Jay Sekulow, one of President Donald Trump’s attorneys, suggested Sunday that the June 2016 meeting between multiple Russians and Trump’s son, son-in-law, and campaign manager was vetted by the United States Secret Service.
Although he claimed that the president did not know about or participate in the meeting — which was attended by Donald Trump Jr., Jared Kushner, and Paul Manafort — Sekulow suggested on ABC’s This Week that it could not have been really bad or else the agents would have stopped it.
“I wondered why the Secret Service, if this was nefarious, why did the Secret Service allow these people in?” Sekulow told ABC’s Jonathan Karl. “The president had Secret Service protection at that point. That raised a question with me.”
In November 2015, then-Homeland Security Secretary Jeh Johnson approved Secret Service protection for then-candidates Donald Trump and Ben Carson. The agency protects “[m]ajor presidential and vice presidential candidates and their spouses,” as well as the president, vice president, their immediate families, and visiting foreign heads of state and their spouses. As such, Trump and his wife Melania were being protected at the time of the meeting.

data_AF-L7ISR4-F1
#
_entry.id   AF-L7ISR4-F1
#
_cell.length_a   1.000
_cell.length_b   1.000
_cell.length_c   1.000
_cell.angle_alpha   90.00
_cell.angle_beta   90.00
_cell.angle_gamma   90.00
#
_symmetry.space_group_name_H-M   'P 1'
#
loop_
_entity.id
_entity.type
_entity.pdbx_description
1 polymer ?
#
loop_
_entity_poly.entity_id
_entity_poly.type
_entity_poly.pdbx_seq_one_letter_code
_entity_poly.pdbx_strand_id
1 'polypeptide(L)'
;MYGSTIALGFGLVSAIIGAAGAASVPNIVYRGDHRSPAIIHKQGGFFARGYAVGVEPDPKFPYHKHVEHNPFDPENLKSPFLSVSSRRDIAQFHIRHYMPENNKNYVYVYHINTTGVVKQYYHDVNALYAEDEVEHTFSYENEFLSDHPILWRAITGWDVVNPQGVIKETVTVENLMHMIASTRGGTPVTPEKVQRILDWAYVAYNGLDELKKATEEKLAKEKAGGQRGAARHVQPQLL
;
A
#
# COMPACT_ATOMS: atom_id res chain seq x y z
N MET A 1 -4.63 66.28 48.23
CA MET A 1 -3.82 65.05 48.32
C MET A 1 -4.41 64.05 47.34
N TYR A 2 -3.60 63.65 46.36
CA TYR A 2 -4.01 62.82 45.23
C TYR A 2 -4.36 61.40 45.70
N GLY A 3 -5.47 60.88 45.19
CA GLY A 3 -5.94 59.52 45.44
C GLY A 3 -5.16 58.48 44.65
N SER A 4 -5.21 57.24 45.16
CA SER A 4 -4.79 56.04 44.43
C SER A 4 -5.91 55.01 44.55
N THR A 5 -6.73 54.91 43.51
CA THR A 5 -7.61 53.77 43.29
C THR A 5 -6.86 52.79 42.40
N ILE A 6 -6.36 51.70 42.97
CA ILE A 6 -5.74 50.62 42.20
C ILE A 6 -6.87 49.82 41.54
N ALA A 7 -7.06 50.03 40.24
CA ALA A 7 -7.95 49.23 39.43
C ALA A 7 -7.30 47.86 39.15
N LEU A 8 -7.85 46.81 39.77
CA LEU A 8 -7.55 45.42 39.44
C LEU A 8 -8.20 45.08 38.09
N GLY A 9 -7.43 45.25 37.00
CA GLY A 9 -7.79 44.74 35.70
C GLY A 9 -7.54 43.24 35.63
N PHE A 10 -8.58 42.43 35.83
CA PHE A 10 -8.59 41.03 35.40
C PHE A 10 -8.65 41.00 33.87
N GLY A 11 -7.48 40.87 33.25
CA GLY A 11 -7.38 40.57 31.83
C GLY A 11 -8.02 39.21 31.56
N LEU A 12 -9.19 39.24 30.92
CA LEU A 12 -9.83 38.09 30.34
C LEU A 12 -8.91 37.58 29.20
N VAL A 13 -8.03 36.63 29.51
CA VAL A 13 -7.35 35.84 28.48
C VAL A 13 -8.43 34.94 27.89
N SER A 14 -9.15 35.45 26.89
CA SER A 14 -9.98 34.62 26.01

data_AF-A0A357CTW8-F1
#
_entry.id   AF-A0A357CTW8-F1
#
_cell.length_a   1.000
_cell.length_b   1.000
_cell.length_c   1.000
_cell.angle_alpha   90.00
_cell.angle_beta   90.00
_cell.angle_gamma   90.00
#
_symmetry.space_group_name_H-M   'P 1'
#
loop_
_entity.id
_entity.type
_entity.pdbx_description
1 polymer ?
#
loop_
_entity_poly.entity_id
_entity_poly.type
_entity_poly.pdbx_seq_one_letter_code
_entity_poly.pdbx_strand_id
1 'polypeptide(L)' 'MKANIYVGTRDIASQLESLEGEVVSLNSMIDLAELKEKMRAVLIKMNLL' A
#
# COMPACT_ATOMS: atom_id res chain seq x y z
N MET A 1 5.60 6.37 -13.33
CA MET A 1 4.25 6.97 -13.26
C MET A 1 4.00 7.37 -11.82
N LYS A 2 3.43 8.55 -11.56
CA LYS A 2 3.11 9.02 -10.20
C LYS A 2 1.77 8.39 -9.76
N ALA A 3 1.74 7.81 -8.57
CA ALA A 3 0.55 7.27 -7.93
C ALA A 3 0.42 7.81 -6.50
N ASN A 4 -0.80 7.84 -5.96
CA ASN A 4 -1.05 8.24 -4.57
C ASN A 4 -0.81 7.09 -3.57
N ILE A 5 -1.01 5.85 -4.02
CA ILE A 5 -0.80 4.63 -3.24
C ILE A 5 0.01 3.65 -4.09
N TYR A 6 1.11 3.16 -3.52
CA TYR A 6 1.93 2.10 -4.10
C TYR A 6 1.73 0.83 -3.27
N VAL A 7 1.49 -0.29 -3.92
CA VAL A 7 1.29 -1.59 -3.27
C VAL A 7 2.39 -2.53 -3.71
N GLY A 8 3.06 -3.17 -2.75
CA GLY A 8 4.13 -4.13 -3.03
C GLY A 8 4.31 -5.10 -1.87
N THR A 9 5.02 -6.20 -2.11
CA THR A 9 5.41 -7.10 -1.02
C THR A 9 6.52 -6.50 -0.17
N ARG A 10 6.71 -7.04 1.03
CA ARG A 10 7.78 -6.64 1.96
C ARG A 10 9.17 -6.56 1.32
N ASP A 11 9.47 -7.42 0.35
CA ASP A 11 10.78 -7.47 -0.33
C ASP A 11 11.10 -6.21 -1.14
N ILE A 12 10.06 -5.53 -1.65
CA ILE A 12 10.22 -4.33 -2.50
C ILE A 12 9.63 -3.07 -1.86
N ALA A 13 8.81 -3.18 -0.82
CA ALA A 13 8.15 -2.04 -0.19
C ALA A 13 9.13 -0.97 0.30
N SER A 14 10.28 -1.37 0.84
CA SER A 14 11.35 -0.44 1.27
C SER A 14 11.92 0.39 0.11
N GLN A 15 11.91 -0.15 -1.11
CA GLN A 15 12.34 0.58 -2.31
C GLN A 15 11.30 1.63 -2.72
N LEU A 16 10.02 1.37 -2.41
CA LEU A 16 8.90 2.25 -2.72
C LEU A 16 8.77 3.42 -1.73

But at that point, the Secret Service was not protecting any of the Trump campaign representatives who actually attended. Only in September 2016 — well after the Russian visit — did agents begin to provide protection for Ivanka Trump. Prior to that, Trump’s adult children were only provided with protection when “physically near the candidate,” according to a contemporaneous ABC News report. Separate protection for Eric Trump and Donald Jr. came sometime after that.
Although the Secret Service is authorized to “make arrests without warrant for any offense against the United States committed in their presence,” the Secret Service’s protection detail is to provide for the physical safety of protectees. It is unclear why Sekulow would think their job would include stopping them from “nefarious” activities or ensuring the candidate or his team does not violate campaign finance laws.
Unless the Secret Service thought that the senior Trump or Vladimir Putin himself was going to be at or very near the meeting, Sekulow’s claim that the Secret Service “allowed” the Russians in is what raises the real questions.
UPDATE: In a statement to Reuters on Sunday, a Secret Service spokesman confirmed that Donald Jr. was not under the agency’s protection when the meeting took place.
“Donald Trump, Jr. was not a protectee of the USSS in June, 2016,” he wrote. “Thus we would not have screened anyone he was meeting with at that time.”